Republican presidential candidate Mitt Romney could be excused for having flashbacks to the 1960s when he went door to door in Berlin, New Hampshire, on Thursday.

The former Massachusetts governor worked in France as a Mormon missionary from 1966 to 1968, one of the church's thousands of earnest young men (mostly) who knock on doors and proselytize. At that point Romney had plenty of doors slammed in his face, but on Thursday, not so much.

"This is a lot easier," Romney quipped to Reuters. "People speak English. They wish you Merry Christmas. They don't think you're a salesman. People used to come to the door [in France] and wag their fingers: 'No, I don't want anything.'"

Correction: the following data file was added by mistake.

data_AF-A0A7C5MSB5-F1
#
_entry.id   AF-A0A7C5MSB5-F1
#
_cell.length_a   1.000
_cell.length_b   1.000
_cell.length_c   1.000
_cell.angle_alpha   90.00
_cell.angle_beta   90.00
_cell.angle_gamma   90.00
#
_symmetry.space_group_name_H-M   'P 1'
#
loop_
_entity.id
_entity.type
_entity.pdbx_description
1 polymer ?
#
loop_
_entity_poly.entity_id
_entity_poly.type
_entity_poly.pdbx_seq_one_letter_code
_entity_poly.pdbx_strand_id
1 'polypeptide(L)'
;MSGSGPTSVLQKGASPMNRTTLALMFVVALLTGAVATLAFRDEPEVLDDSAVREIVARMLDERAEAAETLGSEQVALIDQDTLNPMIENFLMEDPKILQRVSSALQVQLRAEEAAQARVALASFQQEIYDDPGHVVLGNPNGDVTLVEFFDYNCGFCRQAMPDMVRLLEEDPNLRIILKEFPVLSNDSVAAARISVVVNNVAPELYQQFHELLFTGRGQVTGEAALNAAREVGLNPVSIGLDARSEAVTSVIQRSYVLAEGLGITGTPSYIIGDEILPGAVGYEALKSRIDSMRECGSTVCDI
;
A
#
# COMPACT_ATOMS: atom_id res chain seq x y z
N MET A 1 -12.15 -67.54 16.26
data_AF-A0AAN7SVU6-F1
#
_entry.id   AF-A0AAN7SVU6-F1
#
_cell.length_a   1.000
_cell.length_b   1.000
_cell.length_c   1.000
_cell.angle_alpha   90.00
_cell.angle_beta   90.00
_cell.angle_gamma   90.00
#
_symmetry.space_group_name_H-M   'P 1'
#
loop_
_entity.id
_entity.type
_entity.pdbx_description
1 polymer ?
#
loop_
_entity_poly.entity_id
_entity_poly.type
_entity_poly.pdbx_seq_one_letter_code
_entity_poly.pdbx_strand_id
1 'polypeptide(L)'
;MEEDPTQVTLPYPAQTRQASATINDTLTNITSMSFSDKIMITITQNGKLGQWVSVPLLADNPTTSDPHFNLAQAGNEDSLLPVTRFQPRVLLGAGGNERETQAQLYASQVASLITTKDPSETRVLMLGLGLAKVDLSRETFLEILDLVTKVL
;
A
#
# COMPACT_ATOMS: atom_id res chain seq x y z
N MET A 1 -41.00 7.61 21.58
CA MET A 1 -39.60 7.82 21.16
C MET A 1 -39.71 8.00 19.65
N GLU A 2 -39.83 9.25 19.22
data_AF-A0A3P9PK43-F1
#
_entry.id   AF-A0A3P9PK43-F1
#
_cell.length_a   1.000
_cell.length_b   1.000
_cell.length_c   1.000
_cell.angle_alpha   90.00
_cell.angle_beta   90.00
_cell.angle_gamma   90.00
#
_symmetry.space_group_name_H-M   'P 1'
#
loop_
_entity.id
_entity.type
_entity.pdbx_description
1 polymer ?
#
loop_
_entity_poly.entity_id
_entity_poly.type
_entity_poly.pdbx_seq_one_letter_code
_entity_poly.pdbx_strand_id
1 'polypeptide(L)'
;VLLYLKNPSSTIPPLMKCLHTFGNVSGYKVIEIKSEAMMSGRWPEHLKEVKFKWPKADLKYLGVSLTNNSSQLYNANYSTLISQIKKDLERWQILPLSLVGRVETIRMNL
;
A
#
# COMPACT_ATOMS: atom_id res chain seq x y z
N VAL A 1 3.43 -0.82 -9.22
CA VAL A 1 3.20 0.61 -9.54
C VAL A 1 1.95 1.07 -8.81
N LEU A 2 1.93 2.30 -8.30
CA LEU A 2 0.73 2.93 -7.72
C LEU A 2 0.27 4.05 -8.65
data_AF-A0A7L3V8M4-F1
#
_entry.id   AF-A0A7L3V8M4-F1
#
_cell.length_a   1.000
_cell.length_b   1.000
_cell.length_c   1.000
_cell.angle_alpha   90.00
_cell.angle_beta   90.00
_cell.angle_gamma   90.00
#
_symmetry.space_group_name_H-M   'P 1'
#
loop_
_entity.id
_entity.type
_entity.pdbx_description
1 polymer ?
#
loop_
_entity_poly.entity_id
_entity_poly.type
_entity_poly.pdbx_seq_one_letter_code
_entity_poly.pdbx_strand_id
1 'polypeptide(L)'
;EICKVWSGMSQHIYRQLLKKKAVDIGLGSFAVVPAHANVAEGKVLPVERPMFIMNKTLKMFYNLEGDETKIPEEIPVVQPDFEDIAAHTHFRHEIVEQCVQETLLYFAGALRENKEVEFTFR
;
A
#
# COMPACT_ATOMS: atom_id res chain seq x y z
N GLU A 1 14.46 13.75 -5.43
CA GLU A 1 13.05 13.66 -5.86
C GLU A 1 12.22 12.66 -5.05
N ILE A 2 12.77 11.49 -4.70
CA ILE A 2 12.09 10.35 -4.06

Many French people at the time were "not happy to see Americans, because we were in Vietnam at the time. That was tough," he added.

Romney strode around the depressed paper milling town in northern New Hampshire, talking to residents in their front doorways, to dog-walkers, and to people in passing cars who slowed down at the curious sight of Romney, handlers and trailing horde of media. At one point he broke into a run, leaving even his bodyguards behind.